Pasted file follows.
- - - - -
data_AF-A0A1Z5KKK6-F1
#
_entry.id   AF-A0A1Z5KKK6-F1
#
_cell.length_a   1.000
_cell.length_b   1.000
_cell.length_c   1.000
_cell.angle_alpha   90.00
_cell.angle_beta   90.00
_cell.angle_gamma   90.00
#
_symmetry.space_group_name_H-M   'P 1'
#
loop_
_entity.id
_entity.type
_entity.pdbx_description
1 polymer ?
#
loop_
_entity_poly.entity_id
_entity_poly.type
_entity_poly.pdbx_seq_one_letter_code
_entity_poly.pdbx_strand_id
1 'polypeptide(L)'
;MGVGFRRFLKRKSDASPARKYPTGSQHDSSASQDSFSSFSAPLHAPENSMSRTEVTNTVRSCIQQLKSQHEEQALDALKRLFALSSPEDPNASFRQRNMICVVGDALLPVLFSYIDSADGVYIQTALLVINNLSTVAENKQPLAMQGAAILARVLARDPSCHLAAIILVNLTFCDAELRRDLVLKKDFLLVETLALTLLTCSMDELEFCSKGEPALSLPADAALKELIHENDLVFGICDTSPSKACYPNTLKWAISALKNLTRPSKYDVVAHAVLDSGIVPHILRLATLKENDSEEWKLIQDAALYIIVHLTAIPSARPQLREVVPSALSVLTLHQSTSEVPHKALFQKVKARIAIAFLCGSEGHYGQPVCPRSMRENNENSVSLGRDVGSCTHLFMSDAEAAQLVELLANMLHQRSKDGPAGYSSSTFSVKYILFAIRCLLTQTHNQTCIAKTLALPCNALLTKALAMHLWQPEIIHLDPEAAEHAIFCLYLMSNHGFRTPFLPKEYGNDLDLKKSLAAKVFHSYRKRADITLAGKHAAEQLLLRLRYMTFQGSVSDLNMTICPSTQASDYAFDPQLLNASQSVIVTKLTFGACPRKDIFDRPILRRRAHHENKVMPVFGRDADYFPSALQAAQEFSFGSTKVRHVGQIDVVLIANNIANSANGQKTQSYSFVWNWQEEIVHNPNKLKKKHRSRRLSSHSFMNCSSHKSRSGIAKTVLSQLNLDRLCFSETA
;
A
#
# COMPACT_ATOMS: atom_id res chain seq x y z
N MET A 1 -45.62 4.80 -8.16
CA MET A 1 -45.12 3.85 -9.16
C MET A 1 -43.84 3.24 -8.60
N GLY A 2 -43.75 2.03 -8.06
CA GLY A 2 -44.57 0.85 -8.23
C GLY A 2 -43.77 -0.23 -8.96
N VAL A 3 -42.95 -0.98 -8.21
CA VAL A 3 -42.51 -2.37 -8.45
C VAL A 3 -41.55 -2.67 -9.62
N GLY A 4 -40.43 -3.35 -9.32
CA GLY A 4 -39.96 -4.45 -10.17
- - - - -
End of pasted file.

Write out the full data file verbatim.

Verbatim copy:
data_AF-A0A1Z5KKK6-F1
#
_entry.id   AF-A0A1Z5KKK6-F1
#
_cell.length_a   1.000
_cell.length_b   1.000
_cell.length_c   1.000
_cell.angle_alpha   90.00
_cell.angle_beta   90.00
_cell.angle_gamma   90.00
#
_symmetry.space_group_name_H-M   'P 1'
#
loop_
_entity.id
_entity.type
_entity.pdbx_description
1 polymer ?
#
loop_
_entity_poly.entity_id
_entity_poly.type
_entity_poly.pdbx_seq_one_letter_code
_entity_poly.pdbx_strand_id
1 'polypeptide(L)'
;MGVGFRRFLKRKSDASPARKYPTGSQHDSSASQDSFSSFSAPLHAPENSMSRTEVTNTVRSCIQQLKSQHEEQALDALKRLFALSSPEDPNASFRQRNMICVVGDALLPVLFSYIDSADGVYIQTALLVINNLSTVAENKQPLAMQGAAILARVLARDPSCHLAAIILVNLTFCDAELRRDLVLKKDFLLVETLALTLLTCSMDELEFCSKGEPALSLPADAALKELIHENDLVFGICDTSPSKACYPNTLKWAISALKNLTRPSKYDVVAHAVLDSGIVPHILRLATLKENDSEEWKLIQDAALYIIVHLTAIPSARPQLREVVPSALSVLTLHQSTSEVPHKALFQKVKARIAIAFLCGSEGHYGQPVCPRSMRENNENSVSLGRDVGSCTHLFMSDAEAAQLVELLANMLHQRSKDGPAGYSSSTFSVKYILFAIRCLLTQTHNQTCIAKTLALPCNALLTKALAMHLWQPEIIHLDPEAAEHAIFCLYLMSNHGFRTPFLPKEYGNDLDLKKSLAAKVFHSYRKRADITLAGKHAAEQLLLRLRYMTFQGSVSDLNMTICPSTQASDYAFDPQLLNASQSVIVTKLTFGACPRKDIFDRPILRRRAHHENKVMPVFGRDADYFPSALQAAQEFSFGSTKVRHVGQIDVVLIANNIANSANGQKTQSYSFVWNWQEEIVHNPNKLKKKHRSRRLSSHSFMNCSSHKSRSGIAKTVLSQLNLDRLCFSETA
;
A
#
# COMPACT_ATOMS: atom_id res chain seq x y z
N MET A 1 -45.62 4.80 -8.16
CA MET A 1 -45.12 3.85 -9.16
C MET A 1 -43.84 3.24 -8.60
N GLY A 2 -43.75 2.03 -8.06
CA GLY A 2 -44.57 0.85 -8.23
C GLY A 2 -43.77 -0.23 -8.96
N VAL A 3 -42.95 -0.98 -8.21
CA VAL A 3 -42.51 -2.37 -8.45
C VAL A 3 -41.55 -2.67 -9.62
N GLY A 4 -40.43 -3.35 -9.32
CA GLY A 4 -39.96 -4.45 -10.17